Q: I was given a 32GB fourth-generation iPod touch for a Christmas present last year. I am now running out of space for my ever expanding music collection (26 GB so far). My son has suggested that he would buy my iPod and I could use the money towards upgrading to a 64 GB version. If I went ahead, how would this affect the warranty (it is nearly 6 months old) and how would I go about switching to a new iPod? Would I have to register it under a different name, and what would my son have to do to the old one? My iTunes library is currently on my laptop. How would that be affected if I was to transfer it to a new iPod?
A: As long as everything on your iPod touch is already in your iTunes library on your computer, switching over to a new iPod touch is about as easy as plugging it in.
iTunes normally makes regular backups of your iPod touch every time you sync with your computer; you can check the status of this backup by going into your iTunes Preferences and choosing the “Devices” tab.
This backup includes all of your settings, application data, any photos you’ve saved in the camera roll—items that wouldn’t normally already be in your iTunes library. Your media content such as music, videos, photos you’ve synced from your computer, and your apps are not backed up separately as iTunes expects that you can simply sync the originals back on from iTunes. Note, however, that your sync settings in iTunes are contained in this backup so that iTunes knows exactly which content to transfer back when restoring your device.
So if you connect your original iPod touch to your computer and let it sync before connecting your new iPod touch, it will ensure that you have the most current backup of your data. You can then plug in your new iPod touch and iTunes will offer you the opportunity to restore the new device from backup. Once the restore completes, iTunes will proceed to re-sync all of your media content and apps from iTunes, after which your new device should be setup almost exactly the way your old one was. The only exception to this is that you will likely have to re-enter a few passwords for things like your Wi-Fi network, as these are stored securely based on your physical device ID for security reasons.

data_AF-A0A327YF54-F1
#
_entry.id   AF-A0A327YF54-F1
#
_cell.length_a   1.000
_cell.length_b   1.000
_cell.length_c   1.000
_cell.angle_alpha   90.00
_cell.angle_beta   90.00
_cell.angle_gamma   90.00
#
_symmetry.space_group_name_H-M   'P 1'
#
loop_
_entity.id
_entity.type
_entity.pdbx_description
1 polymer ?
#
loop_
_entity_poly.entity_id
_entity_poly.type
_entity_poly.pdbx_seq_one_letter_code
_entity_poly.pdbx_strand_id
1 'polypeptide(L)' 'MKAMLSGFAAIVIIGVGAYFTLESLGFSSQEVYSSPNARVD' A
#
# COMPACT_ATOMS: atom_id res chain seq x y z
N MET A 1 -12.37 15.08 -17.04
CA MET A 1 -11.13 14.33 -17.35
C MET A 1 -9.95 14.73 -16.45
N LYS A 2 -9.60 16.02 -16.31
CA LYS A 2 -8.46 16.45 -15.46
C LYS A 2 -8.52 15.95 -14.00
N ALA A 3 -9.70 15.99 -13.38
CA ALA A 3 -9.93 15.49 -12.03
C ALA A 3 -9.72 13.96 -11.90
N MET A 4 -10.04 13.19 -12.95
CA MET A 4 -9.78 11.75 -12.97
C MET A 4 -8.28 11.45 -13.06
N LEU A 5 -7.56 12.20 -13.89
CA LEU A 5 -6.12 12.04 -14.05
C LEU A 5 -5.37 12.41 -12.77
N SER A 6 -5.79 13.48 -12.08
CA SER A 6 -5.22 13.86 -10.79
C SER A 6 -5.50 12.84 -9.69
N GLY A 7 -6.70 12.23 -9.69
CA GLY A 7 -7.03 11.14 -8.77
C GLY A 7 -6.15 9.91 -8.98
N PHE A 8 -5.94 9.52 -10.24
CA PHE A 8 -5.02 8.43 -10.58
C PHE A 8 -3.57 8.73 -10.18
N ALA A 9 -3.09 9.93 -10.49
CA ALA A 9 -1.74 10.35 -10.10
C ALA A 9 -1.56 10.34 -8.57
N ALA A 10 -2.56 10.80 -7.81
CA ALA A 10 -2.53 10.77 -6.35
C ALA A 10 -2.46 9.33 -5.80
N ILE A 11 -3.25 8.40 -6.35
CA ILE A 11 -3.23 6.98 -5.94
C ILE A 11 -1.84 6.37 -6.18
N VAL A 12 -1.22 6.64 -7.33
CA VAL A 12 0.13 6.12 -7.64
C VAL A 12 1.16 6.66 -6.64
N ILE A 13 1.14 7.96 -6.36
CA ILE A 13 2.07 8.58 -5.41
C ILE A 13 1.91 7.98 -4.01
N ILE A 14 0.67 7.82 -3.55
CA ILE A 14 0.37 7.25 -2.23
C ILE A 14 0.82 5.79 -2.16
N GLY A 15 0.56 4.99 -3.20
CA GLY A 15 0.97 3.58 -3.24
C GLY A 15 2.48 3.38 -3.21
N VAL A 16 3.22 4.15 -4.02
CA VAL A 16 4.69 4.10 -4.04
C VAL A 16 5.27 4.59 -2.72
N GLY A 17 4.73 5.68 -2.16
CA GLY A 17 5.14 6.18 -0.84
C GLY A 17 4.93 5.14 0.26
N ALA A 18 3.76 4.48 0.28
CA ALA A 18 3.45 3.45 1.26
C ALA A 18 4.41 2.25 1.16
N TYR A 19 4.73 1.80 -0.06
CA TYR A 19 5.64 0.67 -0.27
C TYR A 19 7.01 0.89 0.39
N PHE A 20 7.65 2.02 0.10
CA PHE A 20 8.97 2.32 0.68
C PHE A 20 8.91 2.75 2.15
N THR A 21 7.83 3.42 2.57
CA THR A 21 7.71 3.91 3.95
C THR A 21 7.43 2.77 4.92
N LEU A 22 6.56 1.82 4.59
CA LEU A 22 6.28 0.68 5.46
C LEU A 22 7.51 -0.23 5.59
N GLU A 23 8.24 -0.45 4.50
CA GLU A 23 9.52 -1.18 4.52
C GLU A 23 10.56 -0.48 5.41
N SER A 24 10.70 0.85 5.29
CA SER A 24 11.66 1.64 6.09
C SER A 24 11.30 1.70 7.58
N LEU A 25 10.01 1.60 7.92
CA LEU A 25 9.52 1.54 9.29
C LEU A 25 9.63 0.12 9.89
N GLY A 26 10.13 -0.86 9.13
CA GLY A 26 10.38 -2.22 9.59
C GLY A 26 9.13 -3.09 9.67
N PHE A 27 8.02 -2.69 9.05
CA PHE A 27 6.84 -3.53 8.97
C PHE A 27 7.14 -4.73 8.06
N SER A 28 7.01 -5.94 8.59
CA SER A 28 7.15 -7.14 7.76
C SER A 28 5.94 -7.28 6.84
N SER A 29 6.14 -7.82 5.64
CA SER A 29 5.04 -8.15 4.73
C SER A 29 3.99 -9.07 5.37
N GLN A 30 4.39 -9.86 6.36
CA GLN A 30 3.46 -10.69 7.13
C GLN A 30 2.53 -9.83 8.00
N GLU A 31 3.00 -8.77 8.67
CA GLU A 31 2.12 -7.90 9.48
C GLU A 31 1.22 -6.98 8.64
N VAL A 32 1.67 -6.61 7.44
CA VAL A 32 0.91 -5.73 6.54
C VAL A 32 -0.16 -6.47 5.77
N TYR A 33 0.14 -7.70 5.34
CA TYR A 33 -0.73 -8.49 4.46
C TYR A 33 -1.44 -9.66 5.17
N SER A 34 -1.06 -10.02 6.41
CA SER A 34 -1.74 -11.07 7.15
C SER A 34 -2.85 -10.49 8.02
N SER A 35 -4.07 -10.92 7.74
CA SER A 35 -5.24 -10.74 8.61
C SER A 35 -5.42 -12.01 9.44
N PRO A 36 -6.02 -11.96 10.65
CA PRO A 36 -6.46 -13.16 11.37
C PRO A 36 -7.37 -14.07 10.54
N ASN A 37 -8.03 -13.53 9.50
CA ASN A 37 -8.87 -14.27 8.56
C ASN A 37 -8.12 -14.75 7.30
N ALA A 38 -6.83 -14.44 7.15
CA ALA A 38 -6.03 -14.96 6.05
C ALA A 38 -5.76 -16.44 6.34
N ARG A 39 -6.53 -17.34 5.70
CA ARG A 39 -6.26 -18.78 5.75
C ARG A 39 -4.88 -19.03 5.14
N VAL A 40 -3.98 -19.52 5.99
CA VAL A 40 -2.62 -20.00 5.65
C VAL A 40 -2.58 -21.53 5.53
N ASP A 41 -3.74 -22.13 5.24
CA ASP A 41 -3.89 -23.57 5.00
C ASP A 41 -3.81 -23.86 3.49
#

There is also no different at all in terms of registering the iPod touch, or the iTunes Store account you use with it. The new device essentially just directly replaces your old one. Before giving your old device to your son, you can simply erase everything from it by choosing the “Erase all content and settings” option found in the “Settings” app under the General, Reset menu options. This will wipe your device and return it back to factory settings, after which point your son can simply plug it into his computer and set it up as a new device for his own use.
There will also be no change in terms of the warranty; your new device will have the standard one-year warranty, and your used device will have whatever time is left on the warranty. The warranty is based on the serial number and not the owner, and Apple doesn’t care who brings in an iPod touch or other device for service as long as it’s still under warranty.